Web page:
Friday, September 29, 2017

Old Stories From Shinglehouse & Vicinity


1890 - Abram and Alice Walker welcomed twins into the world during the month of March. The couple already had a number of children, including two other sets of twins. 

1906 - Herbert Pearsall started cutting down an enormous dead hemlock on his property. He began to chop away once it was on the ground. Mr. Pearsall found a great deal of honey inside and began to collect it in buckets. In total there was 100 lbs of the liquid gold. 

1910 - Calvin Perry (Shinglehouse) and Jesse Swarthout (Bolivar, Ny) tied for the Potter County and Allegany County ground hog championship, each having killed 120 of the rodents in August. 

1912 - Engineer Fred Kemp was guiding his locomotive around a curve near Rexville when he saw a child sitting beside the tracks. There was no time to apply the brakes and just before disaster struck, Mr. Kemp climbed out on the front of the engine, and as it neared the little boy, he kicked it away. Of course the child was a little banged up from landing in a pile of brush, but nonetheless, he was safe and that is all his parents cared about. 

1916 - An angel must have been looking out for George Dodge when he was almost killed by 10 tons of lime in a freak accident. Mr. Dodge drove his team of horses into the barn when the floor suddenly gave way and the wagon fell into the basement along with the lime, completely burying them. Ten men worked tirelessly to dig them out and Dodge and his horses recovered in due time. 

1927 - A freak calf was born on the Philip Sackinger farm located on Horse Run Road. The newborn cow had only three legs, one missing in the front. Despite his handicap, the calf was able to run and play like all the others. 

1930 - Peggy Ann Donavan was the first baby born at the Olean hospital in 1930, therefore winning the New Years baby award. Her parents were Kenneth and Leda (Cole) Donovan of Shinglehouse. 

1937 - Anton Frantz Jr, of the Franz market in Shinglehouse, found a tarantula in his shipment of bananas. He opted to trap the giant spider and place it on exhibit in his store rather than kill it. All the young boys were in awe and all the girls screamed.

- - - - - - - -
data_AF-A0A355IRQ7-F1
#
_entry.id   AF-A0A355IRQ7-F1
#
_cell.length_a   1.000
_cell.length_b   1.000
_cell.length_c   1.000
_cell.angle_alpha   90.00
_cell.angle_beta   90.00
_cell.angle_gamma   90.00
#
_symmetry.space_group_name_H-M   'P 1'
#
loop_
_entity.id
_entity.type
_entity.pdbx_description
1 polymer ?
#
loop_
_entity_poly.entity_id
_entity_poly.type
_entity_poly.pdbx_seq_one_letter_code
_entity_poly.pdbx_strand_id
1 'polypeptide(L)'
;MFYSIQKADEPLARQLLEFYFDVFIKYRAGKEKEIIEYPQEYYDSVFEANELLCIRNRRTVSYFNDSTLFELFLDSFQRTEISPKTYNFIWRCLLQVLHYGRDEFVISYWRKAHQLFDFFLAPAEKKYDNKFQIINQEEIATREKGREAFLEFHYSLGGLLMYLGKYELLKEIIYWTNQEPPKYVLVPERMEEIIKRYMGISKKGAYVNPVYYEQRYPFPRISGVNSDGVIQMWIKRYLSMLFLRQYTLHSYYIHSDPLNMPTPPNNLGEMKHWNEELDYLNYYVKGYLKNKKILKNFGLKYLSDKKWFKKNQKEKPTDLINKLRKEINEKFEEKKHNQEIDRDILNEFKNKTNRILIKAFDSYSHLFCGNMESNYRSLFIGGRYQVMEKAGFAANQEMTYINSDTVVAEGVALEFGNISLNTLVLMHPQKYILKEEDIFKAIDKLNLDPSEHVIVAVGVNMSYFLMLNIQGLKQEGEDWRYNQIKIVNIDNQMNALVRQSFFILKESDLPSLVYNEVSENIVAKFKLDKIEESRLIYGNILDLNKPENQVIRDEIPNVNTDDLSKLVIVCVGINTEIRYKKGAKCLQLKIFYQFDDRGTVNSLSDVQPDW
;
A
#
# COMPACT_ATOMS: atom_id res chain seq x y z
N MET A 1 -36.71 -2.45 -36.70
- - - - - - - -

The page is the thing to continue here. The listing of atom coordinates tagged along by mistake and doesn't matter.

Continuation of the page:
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Saturday, September 9, 2017

Old Stories from Sabinsville & places in Clymer Township - Tioga County


1858 - Grasshoppers began to over run property in Clymer Township during the month of March, despite bitter cold weather. William Douglas reported that his farm was covered in the hungry insects which measured anywhere from half inch to an inch long. Locals became concerned... considering the terrible destruction a year before at Minnesota when farmers lost their crops to the ravenous bugs. 

1884 - Stillman Whitman heard his dog yelp in the barn and ran to see what was up. The mad bull inside was viciously attacking his four legged friend. Stillman attempted to rescue the dog by drawing attention to himself, and was also attacked. The two had to put up quite a fight with the enormous cow but made it out. They recovered on bed rest together and after a couple of weeks were back to work together. 

1889 - James Rexford butchered three hogs on his farm at Lansing. The combined weight was a whopping 1367 pounds. The pigs were only 11 months old, so they were quite large. 

1890 - Around town everyone referred to Chauncey Ackley as an odd bird. It wasn't surprising when he shot and killed a strange and very rare white owl on his property. The wing span was almost 6 feet long. 



1894 - Reuben Morton was digging through his barn at Mixtown when he found an old iron tea kettle. According to Mr. Morton the family heirloom was brought over on a ship when his ancestors relocated to North America in 1626. For years it was forgotten but now he had it on display.

1898 - It was a good year for hunting and fishing. Mrs. Justus (Ada)Beach caught the largest trout known in the area. The fish weighed 26.5 ounces and was almost 16 inches long. Charles Reese and Ernest Ladd were hunting on the mountain near Azelta and killed two wild cats. One weighed 30lbs and the other half its size.